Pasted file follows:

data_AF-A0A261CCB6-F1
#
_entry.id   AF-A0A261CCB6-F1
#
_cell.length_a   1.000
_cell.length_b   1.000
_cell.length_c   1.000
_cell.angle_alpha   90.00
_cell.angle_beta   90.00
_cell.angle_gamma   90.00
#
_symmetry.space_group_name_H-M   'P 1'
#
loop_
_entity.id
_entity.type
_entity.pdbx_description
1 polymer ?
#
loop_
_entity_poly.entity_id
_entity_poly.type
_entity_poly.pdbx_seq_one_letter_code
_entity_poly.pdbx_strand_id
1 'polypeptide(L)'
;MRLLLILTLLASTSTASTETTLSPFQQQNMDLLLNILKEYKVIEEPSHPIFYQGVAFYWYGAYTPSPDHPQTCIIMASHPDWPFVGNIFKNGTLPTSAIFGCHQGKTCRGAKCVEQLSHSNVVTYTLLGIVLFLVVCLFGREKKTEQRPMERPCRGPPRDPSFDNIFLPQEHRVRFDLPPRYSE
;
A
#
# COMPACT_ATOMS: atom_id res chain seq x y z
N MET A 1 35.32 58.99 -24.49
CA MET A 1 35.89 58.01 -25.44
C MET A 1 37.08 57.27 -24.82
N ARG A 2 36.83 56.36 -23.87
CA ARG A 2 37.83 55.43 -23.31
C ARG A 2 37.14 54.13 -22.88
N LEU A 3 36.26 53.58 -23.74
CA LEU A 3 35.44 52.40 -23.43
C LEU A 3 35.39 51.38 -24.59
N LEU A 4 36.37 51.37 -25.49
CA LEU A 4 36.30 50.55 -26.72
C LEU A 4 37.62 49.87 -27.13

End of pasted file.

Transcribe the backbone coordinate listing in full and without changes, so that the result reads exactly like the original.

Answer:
data_AF-A0A261CCB6-F1
#
_entry.id   AF-A0A261CCB6-F1
#
_cell.length_a   1.000
_cell.length_b   1.000
_cell.length_c   1.000
_cell.angle_alpha   90.00
_cell.angle_beta   90.00
_cell.angle_gamma   90.00
#
_symmetry.space_group_name_H-M   'P 1'
#
loop_
_entity.id
_entity.type
_entity.pdbx_description
1 polymer ?
#
loop_
_entity_poly.entity_id
_entity_poly.type
_entity_poly.pdbx_seq_one_letter_code
_entity_poly.pdbx_strand_id
1 'polypeptide(L)'
;MRLLLILTLLASTSTASTETTLSPFQQQNMDLLLNILKEYKVIEEPSHPIFYQGVAFYWYGAYTPSPDHPQTCIIMASHPDWPFVGNIFKNGTLPTSAIFGCHQGKTCRGAKCVEQLSHSNVVTYTLLGIVLFLVVCLFGREKKTEQRPMERPCRGPPRDPSFDNIFLPQEHRVRFDLPPRYSE
;
A
#
# COMPACT_ATOMS: atom_id res chain seq x y z
N MET A 1 35.32 58.99 -24.49
CA MET A 1 35.89 58.01 -25.44
C MET A 1 37.08 57.27 -24.82
N ARG A 2 36.83 56.36 -23.87
CA ARG A 2 37.83 55.43 -23.31
C ARG A 2 37.14 54.13 -22.88
N LEU A 3 36.26 53.58 -23.74
CA LEU A 3 35.44 52.40 -23.43
C LEU A 3 35.39 51.38 -24.59
N LEU A 4 36.37 51.37 -25.49
CA LEU A 4 36.30 50.55 -26.72
C LEU A 4 37.62 49.87 -27.13